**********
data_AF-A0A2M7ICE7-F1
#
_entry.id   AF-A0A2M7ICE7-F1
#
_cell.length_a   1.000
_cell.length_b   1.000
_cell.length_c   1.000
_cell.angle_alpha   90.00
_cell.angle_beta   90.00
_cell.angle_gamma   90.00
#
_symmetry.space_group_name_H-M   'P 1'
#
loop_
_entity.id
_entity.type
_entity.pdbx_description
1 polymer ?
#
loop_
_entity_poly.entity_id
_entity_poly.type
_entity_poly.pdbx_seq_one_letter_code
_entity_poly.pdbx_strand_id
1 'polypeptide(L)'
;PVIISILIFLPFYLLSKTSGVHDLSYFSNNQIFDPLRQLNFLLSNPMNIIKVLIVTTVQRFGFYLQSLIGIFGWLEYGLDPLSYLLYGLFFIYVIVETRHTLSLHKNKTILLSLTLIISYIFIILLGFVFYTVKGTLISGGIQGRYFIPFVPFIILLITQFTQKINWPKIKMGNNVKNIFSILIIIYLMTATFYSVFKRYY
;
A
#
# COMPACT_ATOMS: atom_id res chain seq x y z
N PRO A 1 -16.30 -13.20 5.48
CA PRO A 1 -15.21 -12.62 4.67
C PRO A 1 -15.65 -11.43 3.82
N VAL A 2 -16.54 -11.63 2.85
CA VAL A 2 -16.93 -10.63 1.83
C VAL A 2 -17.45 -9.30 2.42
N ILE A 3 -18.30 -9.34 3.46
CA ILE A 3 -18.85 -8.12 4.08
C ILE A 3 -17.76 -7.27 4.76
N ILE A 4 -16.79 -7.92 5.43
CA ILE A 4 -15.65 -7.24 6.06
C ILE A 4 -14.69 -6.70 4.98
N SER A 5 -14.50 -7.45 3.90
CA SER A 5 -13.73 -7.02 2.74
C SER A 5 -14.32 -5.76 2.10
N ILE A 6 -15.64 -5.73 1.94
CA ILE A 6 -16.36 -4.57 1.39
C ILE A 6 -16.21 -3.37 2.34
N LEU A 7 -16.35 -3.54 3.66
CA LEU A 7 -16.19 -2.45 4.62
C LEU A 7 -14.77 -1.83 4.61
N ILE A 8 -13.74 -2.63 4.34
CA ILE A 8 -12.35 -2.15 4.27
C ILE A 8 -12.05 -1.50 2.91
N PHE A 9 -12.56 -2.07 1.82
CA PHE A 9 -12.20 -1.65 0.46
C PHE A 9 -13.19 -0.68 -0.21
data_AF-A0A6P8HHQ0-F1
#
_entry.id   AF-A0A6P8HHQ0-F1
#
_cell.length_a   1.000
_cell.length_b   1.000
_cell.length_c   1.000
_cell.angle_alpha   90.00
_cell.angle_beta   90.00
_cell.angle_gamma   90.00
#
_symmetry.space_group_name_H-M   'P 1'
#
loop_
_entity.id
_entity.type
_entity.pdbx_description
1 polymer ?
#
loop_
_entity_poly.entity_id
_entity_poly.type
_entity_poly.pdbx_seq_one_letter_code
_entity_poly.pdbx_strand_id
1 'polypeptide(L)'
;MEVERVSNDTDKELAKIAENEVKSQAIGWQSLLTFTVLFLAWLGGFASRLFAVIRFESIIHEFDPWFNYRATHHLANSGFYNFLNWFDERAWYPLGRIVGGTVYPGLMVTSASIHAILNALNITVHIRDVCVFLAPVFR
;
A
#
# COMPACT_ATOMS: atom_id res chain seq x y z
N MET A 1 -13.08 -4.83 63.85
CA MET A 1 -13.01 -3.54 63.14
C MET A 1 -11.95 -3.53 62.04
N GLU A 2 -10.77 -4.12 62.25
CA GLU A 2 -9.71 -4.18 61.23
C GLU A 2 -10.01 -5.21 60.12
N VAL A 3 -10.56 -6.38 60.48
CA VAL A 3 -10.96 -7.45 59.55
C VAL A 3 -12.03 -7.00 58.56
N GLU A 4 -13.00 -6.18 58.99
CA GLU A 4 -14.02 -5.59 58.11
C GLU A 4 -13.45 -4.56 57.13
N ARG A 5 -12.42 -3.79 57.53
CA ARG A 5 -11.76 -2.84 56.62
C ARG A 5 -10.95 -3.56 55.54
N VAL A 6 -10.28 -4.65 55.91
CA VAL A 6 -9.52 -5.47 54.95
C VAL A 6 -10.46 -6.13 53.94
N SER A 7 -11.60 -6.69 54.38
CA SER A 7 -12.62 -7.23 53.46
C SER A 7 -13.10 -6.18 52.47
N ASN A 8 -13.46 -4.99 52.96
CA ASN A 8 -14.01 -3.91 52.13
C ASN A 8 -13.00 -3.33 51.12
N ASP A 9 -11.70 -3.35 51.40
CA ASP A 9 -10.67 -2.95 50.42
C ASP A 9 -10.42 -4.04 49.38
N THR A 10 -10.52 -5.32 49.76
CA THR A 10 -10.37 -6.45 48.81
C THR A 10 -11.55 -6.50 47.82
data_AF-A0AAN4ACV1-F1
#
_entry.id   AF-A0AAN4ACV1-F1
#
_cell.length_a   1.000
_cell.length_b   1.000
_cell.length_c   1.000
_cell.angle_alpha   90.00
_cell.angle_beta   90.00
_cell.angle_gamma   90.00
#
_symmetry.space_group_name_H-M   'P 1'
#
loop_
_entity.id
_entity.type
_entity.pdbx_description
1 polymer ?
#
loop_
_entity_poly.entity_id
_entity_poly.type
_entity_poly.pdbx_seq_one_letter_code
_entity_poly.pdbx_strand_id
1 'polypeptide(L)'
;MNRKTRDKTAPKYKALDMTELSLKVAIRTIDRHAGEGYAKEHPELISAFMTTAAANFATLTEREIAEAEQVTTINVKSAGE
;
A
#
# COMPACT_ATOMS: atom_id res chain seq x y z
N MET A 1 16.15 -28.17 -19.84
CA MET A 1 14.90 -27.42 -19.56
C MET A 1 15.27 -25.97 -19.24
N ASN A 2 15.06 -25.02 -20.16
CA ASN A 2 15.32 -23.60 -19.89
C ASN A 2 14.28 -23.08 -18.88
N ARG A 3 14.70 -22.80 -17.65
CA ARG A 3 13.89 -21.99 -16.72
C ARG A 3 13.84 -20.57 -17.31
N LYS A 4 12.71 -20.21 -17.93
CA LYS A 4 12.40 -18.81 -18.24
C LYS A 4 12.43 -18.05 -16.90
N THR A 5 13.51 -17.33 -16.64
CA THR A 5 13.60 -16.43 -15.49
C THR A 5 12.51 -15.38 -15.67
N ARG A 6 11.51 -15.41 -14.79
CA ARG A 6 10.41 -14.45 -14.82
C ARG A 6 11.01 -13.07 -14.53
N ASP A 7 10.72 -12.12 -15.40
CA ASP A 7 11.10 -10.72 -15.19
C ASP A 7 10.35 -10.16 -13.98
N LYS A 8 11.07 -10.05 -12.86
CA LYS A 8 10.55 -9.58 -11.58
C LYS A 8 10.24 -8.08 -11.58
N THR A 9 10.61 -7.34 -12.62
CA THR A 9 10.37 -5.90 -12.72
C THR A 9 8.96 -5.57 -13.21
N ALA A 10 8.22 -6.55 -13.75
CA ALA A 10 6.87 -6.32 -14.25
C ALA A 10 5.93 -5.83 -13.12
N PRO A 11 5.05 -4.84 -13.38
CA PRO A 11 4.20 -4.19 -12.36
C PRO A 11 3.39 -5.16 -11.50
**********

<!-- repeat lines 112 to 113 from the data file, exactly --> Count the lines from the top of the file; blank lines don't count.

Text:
N ASP A 9 -11.70 -3.35 51.40
CA ASP A 9 -10.67 -2.95 50.42